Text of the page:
To quote Einstein, “If we knew what we were doing, it would not be called research.” At the Polymers Technology Center, we know what we are doing when it comes to compounding, but developing new compounds requires flexibility and experimentation. And a lot of creativity because often the equipment that will be needed to overcome obstacles is not available, or even known.
Customers bring their ideas for new compounds and we bring our expertise and compounding equipment. Together we tackle the development of a new process for the creation of a new compound.
Our customer wanted to compound a very low molecular weight wax with filler; the result being a free-flowing pellet. We utilized our 27mm twin, equipped with both underwater or strand pelletizing and our loss in weight feeders.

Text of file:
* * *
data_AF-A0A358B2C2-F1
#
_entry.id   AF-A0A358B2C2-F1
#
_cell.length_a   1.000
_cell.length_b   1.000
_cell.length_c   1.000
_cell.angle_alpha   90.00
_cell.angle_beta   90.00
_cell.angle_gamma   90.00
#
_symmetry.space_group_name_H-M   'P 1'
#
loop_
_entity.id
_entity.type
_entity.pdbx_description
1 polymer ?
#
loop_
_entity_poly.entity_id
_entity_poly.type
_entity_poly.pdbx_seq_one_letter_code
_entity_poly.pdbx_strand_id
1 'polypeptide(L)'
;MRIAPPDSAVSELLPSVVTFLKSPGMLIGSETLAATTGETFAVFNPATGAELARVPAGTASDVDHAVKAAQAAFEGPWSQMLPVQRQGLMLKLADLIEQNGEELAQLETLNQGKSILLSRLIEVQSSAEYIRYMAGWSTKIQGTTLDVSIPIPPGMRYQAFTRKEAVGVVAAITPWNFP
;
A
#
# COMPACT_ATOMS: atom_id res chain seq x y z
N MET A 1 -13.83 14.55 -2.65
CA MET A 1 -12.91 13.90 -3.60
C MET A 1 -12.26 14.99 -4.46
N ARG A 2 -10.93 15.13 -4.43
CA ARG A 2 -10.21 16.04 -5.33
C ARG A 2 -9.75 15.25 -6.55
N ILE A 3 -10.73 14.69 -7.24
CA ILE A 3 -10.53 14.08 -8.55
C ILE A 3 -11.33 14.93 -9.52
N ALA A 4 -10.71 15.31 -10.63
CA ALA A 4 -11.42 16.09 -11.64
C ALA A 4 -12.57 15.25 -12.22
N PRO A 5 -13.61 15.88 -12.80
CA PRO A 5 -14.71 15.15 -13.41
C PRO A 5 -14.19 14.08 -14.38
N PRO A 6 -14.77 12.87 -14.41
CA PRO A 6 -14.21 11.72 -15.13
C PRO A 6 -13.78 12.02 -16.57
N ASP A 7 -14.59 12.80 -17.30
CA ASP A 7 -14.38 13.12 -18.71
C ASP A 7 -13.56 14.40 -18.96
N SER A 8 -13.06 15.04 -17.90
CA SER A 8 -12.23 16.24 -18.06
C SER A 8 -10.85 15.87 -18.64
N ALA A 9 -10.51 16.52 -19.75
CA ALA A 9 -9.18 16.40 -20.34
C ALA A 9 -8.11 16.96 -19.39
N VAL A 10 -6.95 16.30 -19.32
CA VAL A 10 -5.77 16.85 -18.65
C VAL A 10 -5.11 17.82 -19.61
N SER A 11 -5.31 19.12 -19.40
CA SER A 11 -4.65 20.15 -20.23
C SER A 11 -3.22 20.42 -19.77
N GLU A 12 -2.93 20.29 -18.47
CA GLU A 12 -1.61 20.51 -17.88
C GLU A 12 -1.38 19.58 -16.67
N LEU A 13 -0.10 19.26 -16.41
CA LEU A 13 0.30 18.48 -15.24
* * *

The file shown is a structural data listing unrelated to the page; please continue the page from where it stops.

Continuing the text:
First Problem: Melting the Wax
Our customer brought large slabs of wax. We do not have a large wax melter. We could use our granulator if the wax was in small chunks, but the wax was gumming up the blades.
We were having a cold spell in NC; The outside temperature was 20°F. We stored the wax outdoors overnight. The next day, the wax was easily broken into smaller pieces and did not gum up the blades.
Second Problem: Pelletizing
We do not have a hot face cutter and we couldn’t use water. We have a conveyor for these temperatures, but the material had no melt strength. It fell apart on the belt and we could not get it to the cutter.
We cut a piece of aluminum pipe and placed it in front of the die, so the extrudate would hit coming out of die. This broke the “pseudo melt” material into prills.
The prills were cooled using sophisticated cooling technology – Walmart fans. They were conveyed into a vibratory screener without screens to break up any longer “prills”, and finally collected in drums.
The customer was very happy. We were able to find a way to successfully run a product that the customer could not run before. In response, the customer requested another run of 1000 lbs.